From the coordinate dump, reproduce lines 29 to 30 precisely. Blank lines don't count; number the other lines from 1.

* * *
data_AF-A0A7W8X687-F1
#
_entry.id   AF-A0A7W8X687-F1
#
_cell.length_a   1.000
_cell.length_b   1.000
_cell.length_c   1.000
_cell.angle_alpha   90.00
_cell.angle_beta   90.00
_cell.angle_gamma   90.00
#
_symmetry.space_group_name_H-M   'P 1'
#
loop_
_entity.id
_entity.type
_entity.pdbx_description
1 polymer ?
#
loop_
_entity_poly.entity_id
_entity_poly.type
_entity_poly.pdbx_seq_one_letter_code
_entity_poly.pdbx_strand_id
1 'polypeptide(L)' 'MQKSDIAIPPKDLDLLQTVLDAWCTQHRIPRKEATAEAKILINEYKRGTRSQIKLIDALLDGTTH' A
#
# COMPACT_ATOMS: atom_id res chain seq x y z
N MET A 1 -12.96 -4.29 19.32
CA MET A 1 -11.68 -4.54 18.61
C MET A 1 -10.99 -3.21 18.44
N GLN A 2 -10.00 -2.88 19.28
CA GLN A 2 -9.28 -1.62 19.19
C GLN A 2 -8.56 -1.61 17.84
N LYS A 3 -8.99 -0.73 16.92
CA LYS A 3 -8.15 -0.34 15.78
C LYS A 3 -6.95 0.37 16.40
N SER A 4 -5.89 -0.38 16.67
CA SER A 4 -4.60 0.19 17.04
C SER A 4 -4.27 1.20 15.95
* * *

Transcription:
CA MET A 1 -11.68 -4.54 18.61
C MET A 1 -10.99 -3.21 18.44